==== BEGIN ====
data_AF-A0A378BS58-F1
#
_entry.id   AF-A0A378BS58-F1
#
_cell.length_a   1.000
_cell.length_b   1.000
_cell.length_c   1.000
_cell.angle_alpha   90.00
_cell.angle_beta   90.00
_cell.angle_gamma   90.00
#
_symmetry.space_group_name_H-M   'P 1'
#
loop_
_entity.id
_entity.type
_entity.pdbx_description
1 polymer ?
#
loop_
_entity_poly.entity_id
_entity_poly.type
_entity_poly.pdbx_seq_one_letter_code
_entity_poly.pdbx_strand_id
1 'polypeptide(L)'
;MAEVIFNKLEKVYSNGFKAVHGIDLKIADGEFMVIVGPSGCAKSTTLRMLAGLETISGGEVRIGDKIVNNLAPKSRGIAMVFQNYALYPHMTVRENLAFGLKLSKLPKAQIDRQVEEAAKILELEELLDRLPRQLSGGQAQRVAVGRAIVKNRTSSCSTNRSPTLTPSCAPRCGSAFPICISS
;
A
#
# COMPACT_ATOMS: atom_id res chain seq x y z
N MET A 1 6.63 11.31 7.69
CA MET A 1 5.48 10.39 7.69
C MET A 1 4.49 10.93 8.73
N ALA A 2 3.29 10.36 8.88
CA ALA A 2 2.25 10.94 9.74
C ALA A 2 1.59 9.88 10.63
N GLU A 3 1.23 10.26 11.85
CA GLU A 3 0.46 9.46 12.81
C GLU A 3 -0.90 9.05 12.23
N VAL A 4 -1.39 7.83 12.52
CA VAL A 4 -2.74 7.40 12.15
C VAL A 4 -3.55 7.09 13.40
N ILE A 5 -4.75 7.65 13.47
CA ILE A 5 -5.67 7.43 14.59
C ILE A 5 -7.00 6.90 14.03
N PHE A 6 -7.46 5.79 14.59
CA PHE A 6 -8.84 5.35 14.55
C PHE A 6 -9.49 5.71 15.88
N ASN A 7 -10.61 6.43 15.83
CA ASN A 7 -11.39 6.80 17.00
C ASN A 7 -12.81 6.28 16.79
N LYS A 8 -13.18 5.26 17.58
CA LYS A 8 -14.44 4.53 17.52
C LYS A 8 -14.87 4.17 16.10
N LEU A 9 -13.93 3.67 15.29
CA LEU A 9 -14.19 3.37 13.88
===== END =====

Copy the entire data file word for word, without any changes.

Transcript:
data_AF-A0A378BS58-F1
#
_entry.id   AF-A0A378BS58-F1
#
_cell.length_a   1.000
_cell.length_b   1.000
_cell.length_c   1.000
_cell.angle_alpha   90.00
_cell.angle_beta   90.00
_cell.angle_gamma   90.00
#
_symmetry.space_group_name_H-M   'P 1'
#
loop_
_entity.id
_entity.type
_entity.pdbx_description
1 polymer ?
#
loop_
_entity_poly.entity_id
_entity_poly.type
_entity_poly.pdbx_seq_one_letter_code
_entity_poly.pdbx_strand_id
1 'polypeptide(L)'
;MAEVIFNKLEKVYSNGFKAVHGIDLKIADGEFMVIVGPSGCAKSTTLRMLAGLETISGGEVRIGDKIVNNLAPKSRGIAMVFQNYALYPHMTVRENLAFGLKLSKLPKAQIDRQVEEAAKILELEELLDRLPRQLSGGQAQRVAVGRAIVKNRTSSCSTNRSPTLTPSCAPRCGSAFPICISS
;
A
#
# COMPACT_ATOMS: atom_id res chain seq x y z
N MET A 1 6.63 11.31 7.69
CA MET A 1 5.48 10.39 7.69
C MET A 1 4.49 10.93 8.73
N ALA A 2 3.29 10.36 8.88
CA ALA A 2 2.25 10.94 9.74
C ALA A 2 1.59 9.88 10.63
N GLU A 3 1.23 10.26 11.85
CA GLU A 3 0.46 9.46 12.81
C GLU A 3 -0.90 9.05 12.23
N VAL A 4 -1.39 7.83 12.52
CA VAL A 4 -2.74 7.40 12.15
C VAL A 4 -3.55 7.09 13.40
N ILE A 5 -4.75 7.65 13.47
CA ILE A 5 -5.67 7.43 14.59
C ILE A 5 -7.00 6.90 14.03
N PHE A 6 -7.46 5.79 14.59
CA PHE A 6 -8.84 5.35 14.55
C PHE A 6 -9.49 5.71 15.88
N ASN A 7 -10.61 6.43 15.83
CA ASN A 7 -11.39 6.80 17.00
C ASN A 7 -12.81 6.28 16.79
N LYS A 8 -13.18 5.26 17.58
CA LYS A 8 -14.44 4.53 17.52
C LYS A 8 -14.87 4.17 16.10
N LEU A 9 -13.93 3.67 15.29
CA LEU A 9 -14.19 3.37 13.88